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PoliticsSouth Korea

South Korea's Indo-Pacific strategy pivots toward US

November 16, 2022

Seoul has long walked a tightrope between China, its most important trading partner, and the US, its closest security ally.

Fighter jets fly in a V formation
US and South Korean fighter jets carry out joint exercises in NovemberImage: South Korean Defense Ministry/AP/picture alliance

After South Korea's long adherence to a policy of "strategic ambiguity" in balancing relations between China and the United States, President Yoon Suk-yeol has made it clear that he believes following Washington's lead on the challenges facing the region is in Seoul's best interest.

During the Association of Southeast Asian Nations (ASEAN) summit in Cambodia last weekend, Yoon introduced South Korea's "Indo-Pacific" strategy, which is committed to "principles of freedom, peace and prosperity built on a rules-based order" for the region.

Yoon's strategy echoes that of the US and Japan, which have long warned of the growing threat posed by an increasingly aggressive and expansionist China.

Unveiling Seoul's forward-looking strategy for the region, Yoon emphasized that it is important to ensure the existing state of affairs is not changed "by force."  

Over the past decade, China has seized control of dozens of atolls and reefs in the South China Sea and turned them into military bases. There is also deep concern that Beijing may in the future use force to take control of Taiwan. 

In a speech in Phnom Penh on Sunday, Yoon used singled out Russia and Myanmar for thinly veiled criticism and said that "changing the status quo by force" needs to be unacceptable.

South Korea calls out China 

He also called out China, albeit obliquely, by saying that the South China Sea should be a sea of "peace and prosperity" and an area in which the freedom of navigation should be guaranteed. He also cautioned against actions that could worsen existing tensions in the region

"Yoon has moved quite clearly away from the policies of his predecessor in this area and the terminology that he is using is strikingly close to that of the US, although we will have to wait and see what that means in a practical sense," said Dan Pinkston, a professor of international relations at the Seoul campus of Troy University.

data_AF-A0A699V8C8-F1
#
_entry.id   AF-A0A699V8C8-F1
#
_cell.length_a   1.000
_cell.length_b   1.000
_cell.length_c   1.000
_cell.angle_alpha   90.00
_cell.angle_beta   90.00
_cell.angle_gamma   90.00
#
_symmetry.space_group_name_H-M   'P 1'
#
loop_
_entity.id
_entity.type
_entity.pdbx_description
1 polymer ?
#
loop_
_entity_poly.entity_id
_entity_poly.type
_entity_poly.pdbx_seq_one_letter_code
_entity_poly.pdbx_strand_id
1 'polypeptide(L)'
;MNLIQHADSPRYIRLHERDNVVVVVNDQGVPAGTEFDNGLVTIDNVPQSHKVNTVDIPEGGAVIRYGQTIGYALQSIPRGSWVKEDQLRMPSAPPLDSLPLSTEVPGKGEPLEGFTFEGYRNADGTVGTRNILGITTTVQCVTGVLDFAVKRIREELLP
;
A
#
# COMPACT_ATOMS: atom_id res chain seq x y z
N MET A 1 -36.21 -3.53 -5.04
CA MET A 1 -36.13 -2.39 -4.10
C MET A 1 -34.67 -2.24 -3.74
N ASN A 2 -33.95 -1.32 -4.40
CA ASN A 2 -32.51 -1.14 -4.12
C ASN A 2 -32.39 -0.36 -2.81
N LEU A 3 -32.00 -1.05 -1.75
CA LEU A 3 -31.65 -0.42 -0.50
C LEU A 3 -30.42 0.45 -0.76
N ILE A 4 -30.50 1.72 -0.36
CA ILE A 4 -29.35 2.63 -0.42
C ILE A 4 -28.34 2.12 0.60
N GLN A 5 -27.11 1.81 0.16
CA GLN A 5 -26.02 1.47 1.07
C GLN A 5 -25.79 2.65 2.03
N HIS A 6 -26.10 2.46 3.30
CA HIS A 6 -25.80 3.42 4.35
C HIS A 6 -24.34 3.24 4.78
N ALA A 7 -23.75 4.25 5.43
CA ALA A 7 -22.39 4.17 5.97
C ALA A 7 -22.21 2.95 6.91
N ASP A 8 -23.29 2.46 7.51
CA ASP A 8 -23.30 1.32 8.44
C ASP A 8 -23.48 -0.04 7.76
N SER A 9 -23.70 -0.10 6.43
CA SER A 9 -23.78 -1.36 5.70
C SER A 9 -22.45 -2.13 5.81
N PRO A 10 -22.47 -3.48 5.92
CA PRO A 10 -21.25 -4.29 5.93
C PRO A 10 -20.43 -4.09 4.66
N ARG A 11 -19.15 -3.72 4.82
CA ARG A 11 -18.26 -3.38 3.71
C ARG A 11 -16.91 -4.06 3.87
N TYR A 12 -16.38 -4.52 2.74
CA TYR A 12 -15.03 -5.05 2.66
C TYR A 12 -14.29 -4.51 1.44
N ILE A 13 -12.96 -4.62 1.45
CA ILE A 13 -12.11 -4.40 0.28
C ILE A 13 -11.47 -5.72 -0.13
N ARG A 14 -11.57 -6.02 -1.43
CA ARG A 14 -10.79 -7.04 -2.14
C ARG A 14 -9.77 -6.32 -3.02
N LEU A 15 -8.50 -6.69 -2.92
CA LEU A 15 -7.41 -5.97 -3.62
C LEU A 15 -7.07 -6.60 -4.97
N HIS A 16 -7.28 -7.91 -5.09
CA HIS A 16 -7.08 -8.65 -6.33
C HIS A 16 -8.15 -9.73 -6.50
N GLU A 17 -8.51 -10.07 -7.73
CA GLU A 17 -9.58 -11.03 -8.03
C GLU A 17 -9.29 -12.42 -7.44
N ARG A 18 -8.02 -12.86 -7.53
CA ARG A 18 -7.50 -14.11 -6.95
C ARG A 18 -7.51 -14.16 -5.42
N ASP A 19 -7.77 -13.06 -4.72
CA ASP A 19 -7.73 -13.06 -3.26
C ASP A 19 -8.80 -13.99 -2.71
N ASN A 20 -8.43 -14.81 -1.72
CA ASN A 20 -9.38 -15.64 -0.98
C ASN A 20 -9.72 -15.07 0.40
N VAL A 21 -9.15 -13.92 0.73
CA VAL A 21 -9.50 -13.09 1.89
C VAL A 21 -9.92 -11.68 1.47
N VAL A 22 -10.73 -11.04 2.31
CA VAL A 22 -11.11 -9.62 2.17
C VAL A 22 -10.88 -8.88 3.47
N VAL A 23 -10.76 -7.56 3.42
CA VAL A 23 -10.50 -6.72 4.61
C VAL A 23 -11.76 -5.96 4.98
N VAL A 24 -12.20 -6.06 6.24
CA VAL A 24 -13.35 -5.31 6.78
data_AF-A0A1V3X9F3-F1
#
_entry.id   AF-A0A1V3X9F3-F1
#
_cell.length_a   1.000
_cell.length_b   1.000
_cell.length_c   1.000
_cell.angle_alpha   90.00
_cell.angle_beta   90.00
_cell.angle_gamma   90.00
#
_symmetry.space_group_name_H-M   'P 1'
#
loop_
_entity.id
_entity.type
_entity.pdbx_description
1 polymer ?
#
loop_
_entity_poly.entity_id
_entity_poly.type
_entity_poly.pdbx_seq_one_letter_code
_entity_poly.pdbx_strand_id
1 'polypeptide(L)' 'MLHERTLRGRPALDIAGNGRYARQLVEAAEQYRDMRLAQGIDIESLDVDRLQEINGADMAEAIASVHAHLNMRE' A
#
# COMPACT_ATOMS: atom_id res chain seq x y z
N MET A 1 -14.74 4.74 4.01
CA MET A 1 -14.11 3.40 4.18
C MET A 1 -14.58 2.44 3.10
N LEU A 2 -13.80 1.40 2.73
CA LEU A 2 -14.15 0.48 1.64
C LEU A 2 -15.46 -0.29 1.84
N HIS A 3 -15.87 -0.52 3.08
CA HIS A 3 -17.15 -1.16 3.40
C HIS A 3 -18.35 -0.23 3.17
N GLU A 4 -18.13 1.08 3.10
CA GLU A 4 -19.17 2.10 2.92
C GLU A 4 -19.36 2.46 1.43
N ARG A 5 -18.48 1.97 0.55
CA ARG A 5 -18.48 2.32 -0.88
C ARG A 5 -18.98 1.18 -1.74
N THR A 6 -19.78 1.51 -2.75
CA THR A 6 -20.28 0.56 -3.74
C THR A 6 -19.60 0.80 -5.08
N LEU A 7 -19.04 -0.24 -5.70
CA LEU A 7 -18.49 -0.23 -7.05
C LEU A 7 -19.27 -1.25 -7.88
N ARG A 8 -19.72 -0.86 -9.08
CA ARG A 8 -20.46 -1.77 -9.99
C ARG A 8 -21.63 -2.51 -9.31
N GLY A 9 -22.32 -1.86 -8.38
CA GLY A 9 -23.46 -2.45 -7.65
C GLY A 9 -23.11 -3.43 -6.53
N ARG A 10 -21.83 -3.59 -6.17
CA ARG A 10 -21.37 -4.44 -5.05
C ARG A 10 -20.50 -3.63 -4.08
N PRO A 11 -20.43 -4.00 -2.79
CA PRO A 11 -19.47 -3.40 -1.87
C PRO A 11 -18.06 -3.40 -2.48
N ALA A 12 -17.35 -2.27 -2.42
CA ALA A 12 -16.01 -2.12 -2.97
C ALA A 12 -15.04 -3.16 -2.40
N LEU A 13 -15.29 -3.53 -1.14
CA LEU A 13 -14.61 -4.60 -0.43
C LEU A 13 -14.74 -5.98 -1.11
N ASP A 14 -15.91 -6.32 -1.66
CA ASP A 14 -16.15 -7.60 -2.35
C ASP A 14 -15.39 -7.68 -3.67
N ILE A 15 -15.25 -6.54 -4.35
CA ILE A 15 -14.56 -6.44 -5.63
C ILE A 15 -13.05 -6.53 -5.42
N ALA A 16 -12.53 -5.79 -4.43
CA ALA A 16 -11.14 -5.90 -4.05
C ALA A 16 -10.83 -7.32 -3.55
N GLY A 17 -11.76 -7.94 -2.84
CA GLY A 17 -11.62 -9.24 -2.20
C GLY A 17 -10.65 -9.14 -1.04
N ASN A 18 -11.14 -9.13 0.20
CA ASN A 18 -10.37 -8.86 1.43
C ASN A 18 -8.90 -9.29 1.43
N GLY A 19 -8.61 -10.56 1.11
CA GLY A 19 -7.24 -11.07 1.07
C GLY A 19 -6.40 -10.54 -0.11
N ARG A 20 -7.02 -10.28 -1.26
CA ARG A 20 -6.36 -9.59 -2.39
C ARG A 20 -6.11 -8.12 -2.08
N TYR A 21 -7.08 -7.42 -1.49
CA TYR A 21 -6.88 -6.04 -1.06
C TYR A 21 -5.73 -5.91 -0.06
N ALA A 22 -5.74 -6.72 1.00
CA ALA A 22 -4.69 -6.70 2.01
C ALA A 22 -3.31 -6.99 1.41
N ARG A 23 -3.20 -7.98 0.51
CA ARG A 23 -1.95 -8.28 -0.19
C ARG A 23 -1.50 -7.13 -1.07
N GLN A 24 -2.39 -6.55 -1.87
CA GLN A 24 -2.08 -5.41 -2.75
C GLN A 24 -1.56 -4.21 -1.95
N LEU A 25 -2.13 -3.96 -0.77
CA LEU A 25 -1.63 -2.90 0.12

"It is definitely a movement taking South Korea towards greater bilateral, trilateral and multilateral security cooperation in the region, with the US, Japan, Australia and other allied nations."

And that is a position that will inevitably "anger" Beijing, he told DW.

However, this does not mean that Yoon will take a more confrontational position towards China, which is South Korea's most important trading partner.

"It is difficult for South Korea as it has been walking this tightrope between its biggest trading partner and the nation that provided support during the Korean War and has been its most important security partner ever since." 

"But even if this new strategy is more symbolic than substantial, China is likely to react with anger."

How could China respond?

South Korea has in the past has experienced friction with Beijing after moving closer to the US strategically.

In 2016, South Korea and the US announced that they would deploy a battery of the US Terminal High-Altitude Area Defense (THAAD) anti-missile system in the South, to counter the threat posed by North Korean ballistic missiles.  

Despite protestations from Seoul that the system was purely designed to intercept threats from the North, Beijing instructed travel agencies to halt all tourist trips to South Korea and Korean musicians were no longer permitted to perform in China.  

Should Beijing respond to Yoon aligning his policies more closely with those of the US in the same way, Pinkston warned that Seoul's allies will need to provide more support than they did during the THAAD crisis. 

"At the time, there was a feeling in Seoul that the US and other countries were effectively abandoning South Korea and not providing the support it needed to stand up to China," he said.

"If push comes to shove again and China does play hardball, then I would expect to see a reinforcement and acceleration of multilateral security cooperation," he added.

A THAAD defense system set up on a field
China did not appreciate South Korea hosting a US missile defense system in 2016Image: Choo Sang-chul/Newsis via AP/picture alliance

Kim Sang-woo, a former politician with the left-leaning Congress for New Politics and now a member of the board of the Kim Dae-jung Peace Foundation, said he believes Yoon is leading South Korea along the correct track. 

"South Korea has been seen as the weak link in the trilateral security arrangement and Yoon cannot back down as he would be criticized at home and in the alliance with the US and Japan," he told DW.  

"There is a divide in South Korea and around half of the population supports Yoon, while the other half are behind the opposition and are in favor of closer ties with China and for connecting with North Korea, but I lean towards Yoon's position," he said. 

Kim said that although South Korea relies heavily on China for economic growth, finding alternative markets is important as China's economy encounters problems moving forward.

The nation's economic security is interwoven with its military security, he added, with technology and innovation the keys to future prosperity. 

"Technology is critical, the US is the leader and that is why we need to keep good relations with the US," he said.

Edited by: Wesley Rahn 

Julian Ryall
Julian Ryall Journalist based in Tokyo, focusing on political, economic and social issues in Japan and Korea